[0141] Then the liquid crystal display element is completed in the module assembly step 404, by installing electric circuits, a backlight and the like, which enables display of motion by the liquid crystal panel (liquid crystal cell) assembled. The aforementioned production method enables production with excellent throughput of a liquid crystal display element having a very fine circuit pattern.

[0142] Here, in each of the aforementioned embodiments, the present invention is applied to a projection optical system provided in an exposure apparatus, but the present invention may be applied to other general optical systems. Moreover in each of the aforementioned embodiments, an ArF excimer laser light source which supplies light having 193 rnm wavelength and an F2 laser light source which supplies light having 157 nm wavelength, but other light sources such as Ar laser light source which supplies light of 126 nm wavelength may also be used.

[0143] As described above, in the present invention, an optical system having excellent optical performance with substantially no impact of birefringence is achieved even when a birefringent crystal material such as fluorite is used. Hence, excellent microdevices may be produced by installing the optical system of the present invention into an exposure apparatus which enables highly precise projection exposure using a high resolution projection optical system.

[0144] While the invention has been described with reference to preferred embodiments thereof, it is to be understood that the invention is not limited to the preferred embodiments or constructions. To the contrary, the invention is intended to cover various modifications and equivalent arrangements conceived by those skilled in lithographic systems. In addition, while the various elements of the preferred embodiments are shown in various combinations and configurations, which are exemplary, other combinations and configurations, including more, less or only a single element, are also within the spirit and scope of the invention.

Referenced by
Citing PatentFiling datePublication dateApplicantTitle
US6775063Jul 10, 2002Aug 10, 2004Nikon CorporationOptical system and exposure apparatus having the optical system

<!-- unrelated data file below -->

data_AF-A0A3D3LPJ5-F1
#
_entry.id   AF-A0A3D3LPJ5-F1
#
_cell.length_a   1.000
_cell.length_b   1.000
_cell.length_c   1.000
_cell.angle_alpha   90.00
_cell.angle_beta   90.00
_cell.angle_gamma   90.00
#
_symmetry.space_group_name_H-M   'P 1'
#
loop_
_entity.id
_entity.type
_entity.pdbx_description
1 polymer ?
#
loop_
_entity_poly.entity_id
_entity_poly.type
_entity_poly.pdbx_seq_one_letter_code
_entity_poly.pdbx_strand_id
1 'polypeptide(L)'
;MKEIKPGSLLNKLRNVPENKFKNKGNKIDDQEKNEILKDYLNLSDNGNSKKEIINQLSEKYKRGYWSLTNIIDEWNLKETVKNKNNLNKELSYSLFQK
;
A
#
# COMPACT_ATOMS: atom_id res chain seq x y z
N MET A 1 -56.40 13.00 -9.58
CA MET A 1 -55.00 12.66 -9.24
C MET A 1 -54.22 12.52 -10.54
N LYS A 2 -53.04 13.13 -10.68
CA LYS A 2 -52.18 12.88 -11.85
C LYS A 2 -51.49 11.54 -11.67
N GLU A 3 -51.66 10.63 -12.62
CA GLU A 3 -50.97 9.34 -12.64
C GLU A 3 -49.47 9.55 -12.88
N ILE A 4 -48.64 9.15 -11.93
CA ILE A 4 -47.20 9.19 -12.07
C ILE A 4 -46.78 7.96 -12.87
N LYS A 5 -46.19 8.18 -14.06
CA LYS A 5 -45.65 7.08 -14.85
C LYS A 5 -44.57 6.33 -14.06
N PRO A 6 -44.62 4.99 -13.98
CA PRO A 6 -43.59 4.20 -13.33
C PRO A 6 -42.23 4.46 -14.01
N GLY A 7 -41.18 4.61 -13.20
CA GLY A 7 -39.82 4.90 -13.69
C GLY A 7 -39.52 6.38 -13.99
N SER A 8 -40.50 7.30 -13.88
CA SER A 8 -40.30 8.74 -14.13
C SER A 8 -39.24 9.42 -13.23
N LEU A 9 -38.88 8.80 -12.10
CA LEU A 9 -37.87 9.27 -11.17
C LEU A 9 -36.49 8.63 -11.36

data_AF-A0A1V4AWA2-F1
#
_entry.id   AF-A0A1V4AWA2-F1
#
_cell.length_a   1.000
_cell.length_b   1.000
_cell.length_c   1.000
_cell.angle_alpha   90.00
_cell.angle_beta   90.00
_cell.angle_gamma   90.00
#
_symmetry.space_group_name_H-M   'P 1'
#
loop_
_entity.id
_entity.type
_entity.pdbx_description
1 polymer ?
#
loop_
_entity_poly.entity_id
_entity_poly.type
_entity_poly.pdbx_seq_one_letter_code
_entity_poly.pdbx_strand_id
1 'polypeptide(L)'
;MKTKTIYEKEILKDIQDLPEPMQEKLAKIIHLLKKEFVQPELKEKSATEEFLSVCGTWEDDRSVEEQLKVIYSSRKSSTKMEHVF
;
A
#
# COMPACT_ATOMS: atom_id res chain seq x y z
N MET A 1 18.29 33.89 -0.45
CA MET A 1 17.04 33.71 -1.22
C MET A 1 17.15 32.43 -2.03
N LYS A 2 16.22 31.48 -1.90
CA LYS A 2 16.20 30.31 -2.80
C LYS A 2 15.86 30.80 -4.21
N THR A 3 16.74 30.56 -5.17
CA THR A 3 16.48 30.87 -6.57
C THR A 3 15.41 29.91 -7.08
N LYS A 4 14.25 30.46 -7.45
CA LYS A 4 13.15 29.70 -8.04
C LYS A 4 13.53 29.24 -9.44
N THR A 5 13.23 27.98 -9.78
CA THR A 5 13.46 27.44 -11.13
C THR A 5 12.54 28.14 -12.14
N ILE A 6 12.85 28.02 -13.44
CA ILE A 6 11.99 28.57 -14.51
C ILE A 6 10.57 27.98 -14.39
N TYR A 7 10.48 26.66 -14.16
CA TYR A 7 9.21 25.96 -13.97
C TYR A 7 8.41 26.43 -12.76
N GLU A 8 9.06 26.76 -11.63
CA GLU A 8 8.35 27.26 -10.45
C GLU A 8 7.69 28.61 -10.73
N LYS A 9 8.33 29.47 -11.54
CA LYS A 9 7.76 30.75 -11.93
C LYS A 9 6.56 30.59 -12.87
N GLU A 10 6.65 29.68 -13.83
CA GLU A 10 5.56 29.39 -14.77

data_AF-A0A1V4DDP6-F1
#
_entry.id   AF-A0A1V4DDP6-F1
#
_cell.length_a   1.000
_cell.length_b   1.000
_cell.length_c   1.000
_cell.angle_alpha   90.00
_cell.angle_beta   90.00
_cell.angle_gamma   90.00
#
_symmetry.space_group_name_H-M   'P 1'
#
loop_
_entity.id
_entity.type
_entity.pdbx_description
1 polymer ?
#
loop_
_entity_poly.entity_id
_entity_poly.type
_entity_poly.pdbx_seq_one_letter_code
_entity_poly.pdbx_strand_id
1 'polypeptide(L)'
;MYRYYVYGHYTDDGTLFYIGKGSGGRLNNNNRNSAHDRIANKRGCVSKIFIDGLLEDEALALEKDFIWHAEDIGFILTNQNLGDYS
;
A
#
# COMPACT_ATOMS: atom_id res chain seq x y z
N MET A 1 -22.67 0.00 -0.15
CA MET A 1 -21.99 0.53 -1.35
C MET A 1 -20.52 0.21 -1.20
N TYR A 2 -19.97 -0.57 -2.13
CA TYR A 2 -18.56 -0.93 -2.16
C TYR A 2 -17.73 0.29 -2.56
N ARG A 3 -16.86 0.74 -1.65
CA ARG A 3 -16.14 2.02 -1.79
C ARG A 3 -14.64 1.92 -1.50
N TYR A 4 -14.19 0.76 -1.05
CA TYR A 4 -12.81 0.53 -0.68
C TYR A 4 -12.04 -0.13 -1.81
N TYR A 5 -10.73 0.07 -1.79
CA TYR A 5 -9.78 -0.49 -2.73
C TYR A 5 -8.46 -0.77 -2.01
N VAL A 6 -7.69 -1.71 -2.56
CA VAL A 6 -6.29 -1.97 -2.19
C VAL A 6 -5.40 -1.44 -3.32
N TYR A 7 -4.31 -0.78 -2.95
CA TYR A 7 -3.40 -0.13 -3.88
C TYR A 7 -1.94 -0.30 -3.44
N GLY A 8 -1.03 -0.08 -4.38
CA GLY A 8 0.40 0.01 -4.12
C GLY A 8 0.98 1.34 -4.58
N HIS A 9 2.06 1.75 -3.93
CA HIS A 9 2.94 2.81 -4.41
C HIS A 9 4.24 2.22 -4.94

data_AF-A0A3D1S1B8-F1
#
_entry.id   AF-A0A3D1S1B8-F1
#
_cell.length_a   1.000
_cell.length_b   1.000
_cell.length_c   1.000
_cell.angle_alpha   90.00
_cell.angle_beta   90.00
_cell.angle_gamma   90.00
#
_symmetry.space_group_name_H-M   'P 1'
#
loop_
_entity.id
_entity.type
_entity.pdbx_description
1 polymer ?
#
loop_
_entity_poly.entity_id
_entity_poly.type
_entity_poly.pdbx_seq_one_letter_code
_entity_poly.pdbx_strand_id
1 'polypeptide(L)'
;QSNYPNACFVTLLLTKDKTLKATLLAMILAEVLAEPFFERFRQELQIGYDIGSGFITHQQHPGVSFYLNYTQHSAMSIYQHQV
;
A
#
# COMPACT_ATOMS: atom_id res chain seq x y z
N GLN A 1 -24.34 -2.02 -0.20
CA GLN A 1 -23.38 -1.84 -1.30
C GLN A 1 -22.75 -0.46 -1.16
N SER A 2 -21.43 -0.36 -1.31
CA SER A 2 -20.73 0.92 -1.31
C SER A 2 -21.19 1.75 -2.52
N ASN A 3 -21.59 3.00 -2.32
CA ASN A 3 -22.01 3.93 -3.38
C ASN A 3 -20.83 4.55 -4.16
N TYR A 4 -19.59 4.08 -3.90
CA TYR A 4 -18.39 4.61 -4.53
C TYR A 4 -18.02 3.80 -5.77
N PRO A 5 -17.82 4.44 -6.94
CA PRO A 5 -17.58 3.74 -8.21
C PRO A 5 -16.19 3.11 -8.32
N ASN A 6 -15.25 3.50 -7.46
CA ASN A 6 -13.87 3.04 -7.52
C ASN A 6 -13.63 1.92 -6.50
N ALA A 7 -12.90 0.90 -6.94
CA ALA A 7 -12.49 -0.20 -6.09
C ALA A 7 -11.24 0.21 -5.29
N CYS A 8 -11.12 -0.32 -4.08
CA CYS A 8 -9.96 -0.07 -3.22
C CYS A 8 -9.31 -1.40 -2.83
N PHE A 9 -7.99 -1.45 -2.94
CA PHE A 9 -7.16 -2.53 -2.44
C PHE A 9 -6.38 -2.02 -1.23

US6844915Jul 30, 2002Jan 18, 2005Nikon CorporationOptical system and exposure apparatus provided with the optical system
US6844982Apr 24, 2003Jan 18, 2005Nikon CorporationProjection optical system, exposure system provided with the projection optical system, and exposure method using the projection optical system
US6870668Oct 9, 2001Mar 22, 2005Nikon CorporationMethod for evaluating image formation performance
US7061671Aug 19, 2004Jun 13, 2006Nikon CorporationMethod for evaluating image formation performance
US7068436Jun 29, 2004Jun 27, 2006Carl Zeiss Smt AgProjection lens for a microlithographic projection exposure apparatus
US7126765Jan 5, 2005Oct 24, 2006Carl Zeiss Smt AgObjective with fluoride crystal lenses
US7145720Feb 12, 2003Dec 5, 2006Carl Zeiss Smt AgObjective with fluoride crystal lenses
US7180667Apr 1, 2004Feb 20, 2007Carl Zeiss Smt AgObjective with fluoride crystal lenses
US7239447Sep 1, 2004Jul 3, 2007Carl Zeiss Smt AgObjective with crystal lenses
US7239450Jul 14, 2005Jul 3, 2007Carl Zeiss Smt AgMethod of determining lens materials for a projection exposure apparatus
US7262920Oct 10, 2003Aug 28, 2007Canon Kabushiki KaishaOptical element and manufacturing method therefor
US7317508Nov 24, 2004Jan 8, 2008Carl Zeiss Smt AgOptical system and method for the production of micro-structured components by microlithography
US7355791Oct 14, 2005Apr 8, 2008Carl Zeiss Smt AgOptical system and photolithography tool comprising same
US7382536Mar 29, 2006Jun 3, 2008Carl Zeiss Smt AgObjective with fluoride crystal lenses
US7446951Mar 12, 2008Nov 4, 2008Carl Zeiss Smt AgImaging system, in particular a projection objective of a microlithographic projection exposure apparatus
US7460206Dec 20, 2004Dec 2, 2008Carl Zeiss Smt AgProjection objective for immersion lithography
US7483121Dec 4, 2007Jan 27, 2009Carl Zeiss Smt AgMicrolithograph system
US7525115Apr 20, 2004Apr 28, 2009Carl Zeiss Sms GmbhArrangement for inspecting objects, especially masks in microlithography
US7532306Aug 13, 2004May 12, 2009Carl Zeiss Smt AgMicrolithographic projection exposure apparatus
US7570343Nov 23, 2005Aug 4, 2009Carl Zeis Smt AgMicrolithographic projection exposure apparatus
US7679831Aug 15, 2007Mar 16, 2010Carl Zeiss Smt AgProjection objective of a microlithographic projection exposure apparatus
US8107162 *May 13, 2005Jan 31, 2012Carl Zeiss Smt GmbhCatadioptric projection objective with intermediate images
DE10318560A1 *Apr 24, 2003Nov 11, 2004Carl Zeiss Sms GmbhAnordnung zur Inspektion von Objekten, insbesondere von Masken in der Mikrolithographie
DE10324206A1 *May 28, 2003Dec 23, 2004Carl Zeiss Smt AgProjektionsbelichtungsanlage
DE102006038398A1 *Aug 15, 2006Feb 21, 2008Carl Zeiss Smt AgProjection objective for microlithographic projection exposure apparatus, has lens composed of lens elements which are arranged to follow each other along optical axis, where lens has curved lens surfaces put together by elements
WO2004092842A1 *Apr 17, 2003Oct 28, 2004Toralf GrunerOptical system, method of altering retardances therein and photolithography tool
Classifications
U.S. Classification359/754, 359/649, 359/726
International ClassificationG03F7/20
Cooperative ClassificationG03F7/70966
European ClassificationG03F7/70P10B2
Legal Events
DateCodeEventDescription
Oct 2, 2012FPExpired due to failure to pay maintenance fee
Effective date: 20120810
Aug 10, 2012LAPSLapse for failure to pay maintenance fees
Mar 26, 2012REMIMaintenance fee reminder mailed
Jan 17, 2008FPAYFee payment
Year of fee payment: 4
Sep 24, 2002ASAssignment
Owner name: NIKON CORPORATION, JAPAN
Free format text: ASSIGNMENT OF ASSIGNORS INTEREST;ASSIGNOR:SHIRAISHI, NAOMASA;REEL/FRAME:013330/0917
Effective date: 20020905
Owner name: NIKON CORPORATION 2-3 MARUNOUCHI 3-CHOME CHIYODA-K
Free format text: ASSIGNMENT OF ASSIGNORS INTEREST;ASSIGNOR:SHIRAISHI, NAOMASA /AR;REEL/FRAME:013330/0917